ATLANTA -- The University of Georgia athletic director who recently signed a five-year contract extension and campaigned against drunken driving will make a public statement Thursday about his arrest on charges of driving under the influence.
Athletic director Damon Evans was arrested late Wednesday night after he was pulled over in a 2009 BMW by a Georgia state trooper in north Atlanta and accused of driving erratically, Georgia State Patrol spokesman Gordy Wright said Thursday.
The 40-year-old former Georgia football player refused a breathalyzer test at the jail, Wright said. He was released early Thursday.
Courtney Fuhrmann, 28, was also in the car and was charged with disorderly conduct after repeatedly ignoring warnings to stay inside the BMW while the trooper was conducting a field sobriety test. Authorities did not know the relationship between Fuhrmann and Evans.
"I honestly don't want to talk to any press," Fuhrmann said by telephone. "I'm not answering anything at this point."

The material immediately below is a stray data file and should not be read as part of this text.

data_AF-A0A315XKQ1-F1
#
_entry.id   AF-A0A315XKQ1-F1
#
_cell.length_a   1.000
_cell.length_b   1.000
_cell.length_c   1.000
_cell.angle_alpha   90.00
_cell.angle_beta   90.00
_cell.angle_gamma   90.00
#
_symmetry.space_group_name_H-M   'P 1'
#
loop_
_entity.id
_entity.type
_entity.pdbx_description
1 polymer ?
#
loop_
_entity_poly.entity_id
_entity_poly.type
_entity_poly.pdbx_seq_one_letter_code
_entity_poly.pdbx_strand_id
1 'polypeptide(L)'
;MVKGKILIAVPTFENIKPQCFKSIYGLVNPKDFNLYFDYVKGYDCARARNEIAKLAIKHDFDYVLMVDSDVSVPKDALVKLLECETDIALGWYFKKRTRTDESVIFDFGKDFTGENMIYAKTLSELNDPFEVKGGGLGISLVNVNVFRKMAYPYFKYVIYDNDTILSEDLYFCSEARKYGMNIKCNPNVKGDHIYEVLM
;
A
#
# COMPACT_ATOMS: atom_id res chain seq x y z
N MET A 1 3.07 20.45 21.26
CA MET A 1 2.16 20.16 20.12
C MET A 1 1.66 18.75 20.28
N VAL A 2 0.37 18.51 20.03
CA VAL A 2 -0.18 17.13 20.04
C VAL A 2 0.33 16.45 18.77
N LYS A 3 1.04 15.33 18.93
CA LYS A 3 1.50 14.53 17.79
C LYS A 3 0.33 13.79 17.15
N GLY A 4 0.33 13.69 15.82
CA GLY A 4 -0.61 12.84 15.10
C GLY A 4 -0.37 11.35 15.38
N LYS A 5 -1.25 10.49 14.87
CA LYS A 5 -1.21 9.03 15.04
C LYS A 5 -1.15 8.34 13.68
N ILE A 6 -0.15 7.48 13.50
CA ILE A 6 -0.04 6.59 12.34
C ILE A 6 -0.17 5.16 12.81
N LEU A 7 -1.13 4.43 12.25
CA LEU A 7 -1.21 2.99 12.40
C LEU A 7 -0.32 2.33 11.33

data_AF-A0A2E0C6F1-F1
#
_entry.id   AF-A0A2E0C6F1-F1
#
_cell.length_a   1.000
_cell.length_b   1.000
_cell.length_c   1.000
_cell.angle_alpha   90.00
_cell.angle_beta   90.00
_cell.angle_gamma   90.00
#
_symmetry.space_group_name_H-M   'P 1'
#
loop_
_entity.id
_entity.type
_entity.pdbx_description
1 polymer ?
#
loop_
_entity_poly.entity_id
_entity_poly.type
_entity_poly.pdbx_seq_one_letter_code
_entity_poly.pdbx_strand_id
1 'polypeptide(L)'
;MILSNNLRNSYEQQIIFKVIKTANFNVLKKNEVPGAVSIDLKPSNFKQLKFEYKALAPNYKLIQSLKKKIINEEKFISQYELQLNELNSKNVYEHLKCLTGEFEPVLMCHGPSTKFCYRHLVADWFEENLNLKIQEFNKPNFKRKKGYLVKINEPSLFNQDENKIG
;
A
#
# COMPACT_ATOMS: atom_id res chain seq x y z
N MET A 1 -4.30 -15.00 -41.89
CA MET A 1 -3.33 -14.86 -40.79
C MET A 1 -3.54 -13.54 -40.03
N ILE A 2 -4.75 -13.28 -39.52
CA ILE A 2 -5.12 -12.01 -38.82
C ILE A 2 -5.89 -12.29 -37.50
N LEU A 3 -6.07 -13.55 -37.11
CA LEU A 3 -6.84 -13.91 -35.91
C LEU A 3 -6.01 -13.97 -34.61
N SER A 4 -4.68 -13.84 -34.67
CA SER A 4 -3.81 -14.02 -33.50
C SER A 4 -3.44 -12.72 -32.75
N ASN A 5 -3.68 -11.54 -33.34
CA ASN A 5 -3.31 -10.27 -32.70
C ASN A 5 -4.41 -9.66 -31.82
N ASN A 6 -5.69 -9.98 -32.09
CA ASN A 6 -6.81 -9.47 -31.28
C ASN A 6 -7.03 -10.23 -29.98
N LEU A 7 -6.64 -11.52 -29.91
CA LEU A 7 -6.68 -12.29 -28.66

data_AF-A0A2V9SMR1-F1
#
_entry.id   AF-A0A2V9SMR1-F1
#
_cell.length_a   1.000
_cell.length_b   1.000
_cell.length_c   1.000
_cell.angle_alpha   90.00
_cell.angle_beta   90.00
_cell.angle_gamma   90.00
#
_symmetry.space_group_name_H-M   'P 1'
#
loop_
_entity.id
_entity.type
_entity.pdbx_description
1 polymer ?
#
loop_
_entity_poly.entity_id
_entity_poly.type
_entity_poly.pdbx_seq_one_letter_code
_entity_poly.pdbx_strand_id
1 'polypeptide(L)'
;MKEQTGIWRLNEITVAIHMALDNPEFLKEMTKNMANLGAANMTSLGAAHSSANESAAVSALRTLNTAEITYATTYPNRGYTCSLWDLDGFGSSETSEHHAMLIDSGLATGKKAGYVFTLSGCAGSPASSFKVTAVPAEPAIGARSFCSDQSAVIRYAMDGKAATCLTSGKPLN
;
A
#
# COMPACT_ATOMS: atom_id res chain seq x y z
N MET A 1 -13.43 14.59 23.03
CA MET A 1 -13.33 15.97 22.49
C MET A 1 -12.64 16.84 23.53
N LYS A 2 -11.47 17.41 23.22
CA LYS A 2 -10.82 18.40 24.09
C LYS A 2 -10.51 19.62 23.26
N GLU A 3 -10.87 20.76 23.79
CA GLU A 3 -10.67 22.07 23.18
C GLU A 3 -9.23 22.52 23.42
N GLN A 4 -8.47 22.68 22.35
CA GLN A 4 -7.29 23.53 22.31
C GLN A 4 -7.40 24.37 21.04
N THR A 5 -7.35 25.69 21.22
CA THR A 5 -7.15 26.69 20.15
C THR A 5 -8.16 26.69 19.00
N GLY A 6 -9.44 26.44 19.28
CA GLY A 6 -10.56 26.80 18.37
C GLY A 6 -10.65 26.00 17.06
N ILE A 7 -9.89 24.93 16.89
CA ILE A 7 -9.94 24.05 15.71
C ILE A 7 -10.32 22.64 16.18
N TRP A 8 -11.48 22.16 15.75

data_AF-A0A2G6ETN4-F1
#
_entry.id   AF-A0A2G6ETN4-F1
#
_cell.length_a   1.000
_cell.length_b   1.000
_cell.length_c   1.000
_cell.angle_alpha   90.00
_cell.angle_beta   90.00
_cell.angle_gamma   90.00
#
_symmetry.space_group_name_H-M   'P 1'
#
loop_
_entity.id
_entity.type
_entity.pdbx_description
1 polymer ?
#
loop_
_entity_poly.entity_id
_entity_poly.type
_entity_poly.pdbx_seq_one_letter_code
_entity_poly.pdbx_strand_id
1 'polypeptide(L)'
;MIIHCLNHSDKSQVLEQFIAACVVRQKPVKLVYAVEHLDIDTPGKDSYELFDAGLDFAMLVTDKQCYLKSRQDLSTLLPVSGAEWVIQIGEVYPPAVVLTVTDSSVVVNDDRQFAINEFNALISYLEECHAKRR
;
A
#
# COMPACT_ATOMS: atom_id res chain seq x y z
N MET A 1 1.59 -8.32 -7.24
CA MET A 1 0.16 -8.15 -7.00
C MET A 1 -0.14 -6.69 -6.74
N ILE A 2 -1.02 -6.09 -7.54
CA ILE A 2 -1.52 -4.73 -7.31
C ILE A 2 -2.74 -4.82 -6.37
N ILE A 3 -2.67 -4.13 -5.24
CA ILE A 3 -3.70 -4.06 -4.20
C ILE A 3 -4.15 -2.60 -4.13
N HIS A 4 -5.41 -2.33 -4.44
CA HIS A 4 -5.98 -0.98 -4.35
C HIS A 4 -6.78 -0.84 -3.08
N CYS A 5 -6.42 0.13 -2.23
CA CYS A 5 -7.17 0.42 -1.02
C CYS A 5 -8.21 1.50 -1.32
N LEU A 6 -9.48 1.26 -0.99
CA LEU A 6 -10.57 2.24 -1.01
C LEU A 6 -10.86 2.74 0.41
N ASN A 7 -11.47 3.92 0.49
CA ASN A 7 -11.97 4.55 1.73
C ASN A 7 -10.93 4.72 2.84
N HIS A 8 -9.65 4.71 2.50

University spokesman Chuck Toney said the school was aware of the report and will issue a statement later Thursday.
Evans, whose new contract began Thursday, did not immediately return a call for comment. He was scheduled to speak to the media at 6:30 p.m. on campus.
Evans became head of the athletic department in 2004, replacing Vince Dooley, who was forced to step aside after a nasty spat with school president Michael Adams. Dooley had been at the school for 40 years, including 25 years as athletic director.
It was a historic appointment for Evans, who was one of Dooley's top aides. He became the Southeastern Conference's first black athletic director, and immediately shook up the department. He reduced the number of associate and assistant athletics directors and fired three of Dooley's longtime lieutenants.
Evans led the department to a record profit in 2005, beating out all other college athletic programs with $23.9 million in revenue. He was rewarded in February when Adams signed him to the new contract that raised his pay to $550,000, plus automatic raises of $20,000 a year and a $250,000 longevity bonus after five years.
Evans, who is married with two children, was the public face of Georgia's athletic programs. He appeared in public service messages against drunken driving on the big screen at Georgia's football stadium.
"We ask that you be responsible," Evans says in the message.
Associated Press writers Greg Bluestein and Ray Henry in Atlanta contributed to this report.>